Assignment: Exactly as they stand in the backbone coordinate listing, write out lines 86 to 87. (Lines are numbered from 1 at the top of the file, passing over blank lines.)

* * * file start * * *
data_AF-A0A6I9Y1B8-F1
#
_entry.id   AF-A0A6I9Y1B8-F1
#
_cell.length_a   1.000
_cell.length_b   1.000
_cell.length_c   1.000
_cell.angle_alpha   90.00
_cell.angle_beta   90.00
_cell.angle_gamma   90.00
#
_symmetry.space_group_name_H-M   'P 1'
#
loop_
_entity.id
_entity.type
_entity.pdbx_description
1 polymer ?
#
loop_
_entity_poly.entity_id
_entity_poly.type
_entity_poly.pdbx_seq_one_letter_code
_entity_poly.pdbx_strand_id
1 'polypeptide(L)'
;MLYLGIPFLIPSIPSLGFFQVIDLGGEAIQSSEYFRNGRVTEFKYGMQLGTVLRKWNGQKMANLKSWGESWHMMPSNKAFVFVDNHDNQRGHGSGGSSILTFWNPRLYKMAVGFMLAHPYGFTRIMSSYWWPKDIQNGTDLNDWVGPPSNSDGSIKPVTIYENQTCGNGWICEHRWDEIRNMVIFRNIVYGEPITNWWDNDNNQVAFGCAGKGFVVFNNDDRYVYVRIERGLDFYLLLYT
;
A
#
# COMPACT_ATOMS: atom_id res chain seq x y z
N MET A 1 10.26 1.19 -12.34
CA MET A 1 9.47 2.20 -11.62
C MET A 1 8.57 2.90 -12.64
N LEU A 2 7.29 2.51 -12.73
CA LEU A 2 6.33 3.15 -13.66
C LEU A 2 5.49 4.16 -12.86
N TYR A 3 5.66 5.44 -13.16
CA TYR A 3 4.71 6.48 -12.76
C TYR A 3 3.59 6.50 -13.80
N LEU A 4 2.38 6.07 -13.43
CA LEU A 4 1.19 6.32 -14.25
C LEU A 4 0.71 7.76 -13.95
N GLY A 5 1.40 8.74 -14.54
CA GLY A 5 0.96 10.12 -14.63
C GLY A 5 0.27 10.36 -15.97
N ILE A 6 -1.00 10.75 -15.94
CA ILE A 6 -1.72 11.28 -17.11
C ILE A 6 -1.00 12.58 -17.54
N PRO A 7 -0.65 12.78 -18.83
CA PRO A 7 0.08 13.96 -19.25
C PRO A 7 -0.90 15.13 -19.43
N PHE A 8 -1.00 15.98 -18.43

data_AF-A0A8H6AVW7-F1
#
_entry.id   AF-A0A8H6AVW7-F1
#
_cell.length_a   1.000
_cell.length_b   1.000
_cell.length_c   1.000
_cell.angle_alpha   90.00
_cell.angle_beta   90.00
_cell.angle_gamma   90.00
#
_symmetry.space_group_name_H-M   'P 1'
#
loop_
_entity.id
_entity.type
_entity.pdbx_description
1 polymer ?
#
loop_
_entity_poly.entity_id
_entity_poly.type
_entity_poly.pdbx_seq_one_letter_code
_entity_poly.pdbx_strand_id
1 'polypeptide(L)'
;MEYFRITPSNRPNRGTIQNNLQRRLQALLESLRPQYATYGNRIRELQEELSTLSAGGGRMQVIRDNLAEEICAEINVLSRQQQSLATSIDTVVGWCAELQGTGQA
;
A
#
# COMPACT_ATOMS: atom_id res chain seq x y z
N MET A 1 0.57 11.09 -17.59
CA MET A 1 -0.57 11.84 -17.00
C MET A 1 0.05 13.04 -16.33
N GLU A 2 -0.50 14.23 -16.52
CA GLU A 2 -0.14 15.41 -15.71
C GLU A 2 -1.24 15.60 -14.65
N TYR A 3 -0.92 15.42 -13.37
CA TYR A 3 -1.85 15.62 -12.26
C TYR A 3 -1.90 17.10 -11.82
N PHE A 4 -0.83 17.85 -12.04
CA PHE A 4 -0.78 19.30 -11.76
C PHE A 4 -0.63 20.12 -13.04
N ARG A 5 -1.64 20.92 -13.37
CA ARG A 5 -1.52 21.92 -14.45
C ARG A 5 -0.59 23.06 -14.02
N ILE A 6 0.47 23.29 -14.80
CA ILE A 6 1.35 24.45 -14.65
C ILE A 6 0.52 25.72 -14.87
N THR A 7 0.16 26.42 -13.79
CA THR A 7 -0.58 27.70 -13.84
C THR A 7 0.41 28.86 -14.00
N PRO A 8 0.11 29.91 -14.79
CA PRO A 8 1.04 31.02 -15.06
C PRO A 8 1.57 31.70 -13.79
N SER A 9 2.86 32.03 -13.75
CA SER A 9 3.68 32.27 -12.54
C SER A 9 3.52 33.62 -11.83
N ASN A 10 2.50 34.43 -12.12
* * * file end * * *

N GLU A 2 -0.50 14.23 -16.52
CA GLU A 2 -0.14 15.41 -15.71